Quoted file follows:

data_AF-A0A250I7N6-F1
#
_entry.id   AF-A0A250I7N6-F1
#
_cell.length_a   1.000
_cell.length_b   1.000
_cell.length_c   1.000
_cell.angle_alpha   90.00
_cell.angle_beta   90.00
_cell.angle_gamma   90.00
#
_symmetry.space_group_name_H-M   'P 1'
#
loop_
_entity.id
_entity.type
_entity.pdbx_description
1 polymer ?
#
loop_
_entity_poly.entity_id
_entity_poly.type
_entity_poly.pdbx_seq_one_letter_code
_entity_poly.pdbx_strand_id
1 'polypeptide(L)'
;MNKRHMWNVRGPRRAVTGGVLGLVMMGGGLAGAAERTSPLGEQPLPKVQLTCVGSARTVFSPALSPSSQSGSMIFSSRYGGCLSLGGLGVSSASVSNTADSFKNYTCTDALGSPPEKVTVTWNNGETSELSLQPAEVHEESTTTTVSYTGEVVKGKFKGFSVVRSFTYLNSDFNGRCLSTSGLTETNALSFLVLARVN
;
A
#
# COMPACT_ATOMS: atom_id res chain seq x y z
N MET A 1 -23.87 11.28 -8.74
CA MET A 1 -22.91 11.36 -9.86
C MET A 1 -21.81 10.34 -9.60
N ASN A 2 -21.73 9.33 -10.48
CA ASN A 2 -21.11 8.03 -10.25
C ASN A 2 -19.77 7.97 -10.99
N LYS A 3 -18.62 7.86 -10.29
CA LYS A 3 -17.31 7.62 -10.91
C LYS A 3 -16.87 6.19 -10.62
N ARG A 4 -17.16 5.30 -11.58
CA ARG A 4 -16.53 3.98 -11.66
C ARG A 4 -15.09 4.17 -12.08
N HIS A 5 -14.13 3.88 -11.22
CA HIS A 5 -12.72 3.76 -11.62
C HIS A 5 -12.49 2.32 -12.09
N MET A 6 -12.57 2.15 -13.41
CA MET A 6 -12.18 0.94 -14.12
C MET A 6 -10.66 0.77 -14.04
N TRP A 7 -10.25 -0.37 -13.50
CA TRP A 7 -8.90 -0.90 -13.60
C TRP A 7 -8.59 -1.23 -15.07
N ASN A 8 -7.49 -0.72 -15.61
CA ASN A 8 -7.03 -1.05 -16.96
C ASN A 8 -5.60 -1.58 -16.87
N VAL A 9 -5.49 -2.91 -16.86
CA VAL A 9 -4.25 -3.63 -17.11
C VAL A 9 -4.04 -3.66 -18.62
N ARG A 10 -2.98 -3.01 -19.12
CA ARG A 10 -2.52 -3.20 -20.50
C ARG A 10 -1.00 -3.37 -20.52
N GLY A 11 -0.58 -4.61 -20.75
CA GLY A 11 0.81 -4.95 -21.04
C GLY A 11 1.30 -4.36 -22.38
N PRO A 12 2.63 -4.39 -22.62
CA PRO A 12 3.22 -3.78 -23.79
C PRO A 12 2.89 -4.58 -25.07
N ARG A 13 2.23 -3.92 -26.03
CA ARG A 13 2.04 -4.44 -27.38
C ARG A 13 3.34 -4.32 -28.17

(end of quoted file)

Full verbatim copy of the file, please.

data_AF-A0A250I7N6-F1
#
_entry.id   AF-A0A250I7N6-F1
#
_cell.length_a   1.000
_cell.length_b   1.000
_cell.length_c   1.000
_cell.angle_alpha   90.00
_cell.angle_beta   90.00
_cell.angle_gamma   90.00
#
_symmetry.space_group_name_H-M   'P 1'
#
loop_
_entity.id
_entity.type
_entity.pdbx_description
1 polymer ?
#
loop_
_entity_poly.entity_id
_entity_poly.type
_entity_poly.pdbx_seq_one_letter_code
_entity_poly.pdbx_strand_id
1 'polypeptide(L)'
;MNKRHMWNVRGPRRAVTGGVLGLVMMGGGLAGAAERTSPLGEQPLPKVQLTCVGSARTVFSPALSPSSQSGSMIFSSRYGGCLSLGGLGVSSASVSNTADSFKNYTCTDALGSPPEKVTVTWNNGETSELSLQPAEVHEESTTTTVSYTGEVVKGKFKGFSVVRSFTYLNSDFNGRCLSTSGLTETNALSFLVLARVN
;
A
#
# COMPACT_ATOMS: atom_id res chain seq x y z
N MET A 1 -23.87 11.28 -8.74
CA MET A 1 -22.91 11.36 -9.86
C MET A 1 -21.81 10.34 -9.60
N ASN A 2 -21.73 9.33 -10.48
CA ASN A 2 -21.11 8.03 -10.25
C ASN A 2 -19.77 7.97 -10.99
N LYS A 3 -18.62 7.86 -10.29
CA LYS A 3 -17.31 7.62 -10.91
C LYS A 3 -16.87 6.19 -10.62
N ARG A 4 -17.16 5.30 -11.58
CA ARG A 4 -16.53 3.98 -11.66
C ARG A 4 -15.09 4.17 -12.08
N HIS A 5 -14.13 3.88 -11.22
CA HIS A 5 -12.72 3.76 -11.62
C HIS A 5 -12.49 2.32 -12.09
N MET A 6 -12.57 2.15 -13.41
CA MET A 6 -12.18 0.94 -14.12
C MET A 6 -10.66 0.77 -14.04
N TRP A 7 -10.25 -0.37 -13.50
CA TRP A 7 -8.90 -0.90 -13.60
C TRP A 7 -8.59 -1.23 -15.07
N ASN A 8 -7.49 -0.72 -15.61
CA ASN A 8 -7.03 -1.05 -16.96
C ASN A 8 -5.60 -1.58 -16.87
N VAL A 9 -5.49 -2.91 -16.86
CA VAL A 9 -4.25 -3.63 -17.11
C VAL A 9 -4.04 -3.66 -18.62
N ARG A 10 -2.98 -3.01 -19.12
CA ARG A 10 -2.52 -3.20 -20.50
C ARG A 10 -1.00 -3.37 -20.52
N GLY A 11 -0.58 -4.61 -20.75
CA GLY A 11 0.81 -4.95 -21.04
C GLY A 11 1.30 -4.36 -22.38
N PRO A 12 2.63 -4.39 -22.62
CA PRO A 12 3.22 -3.78 -23.79
C PRO A 12 2.89 -4.58 -25.07
N ARG A 13 2.23 -3.92 -26.03
CA ARG A 13 2.04 -4.44 -27.38
C ARG A 13 3.34 -4.32 -28.17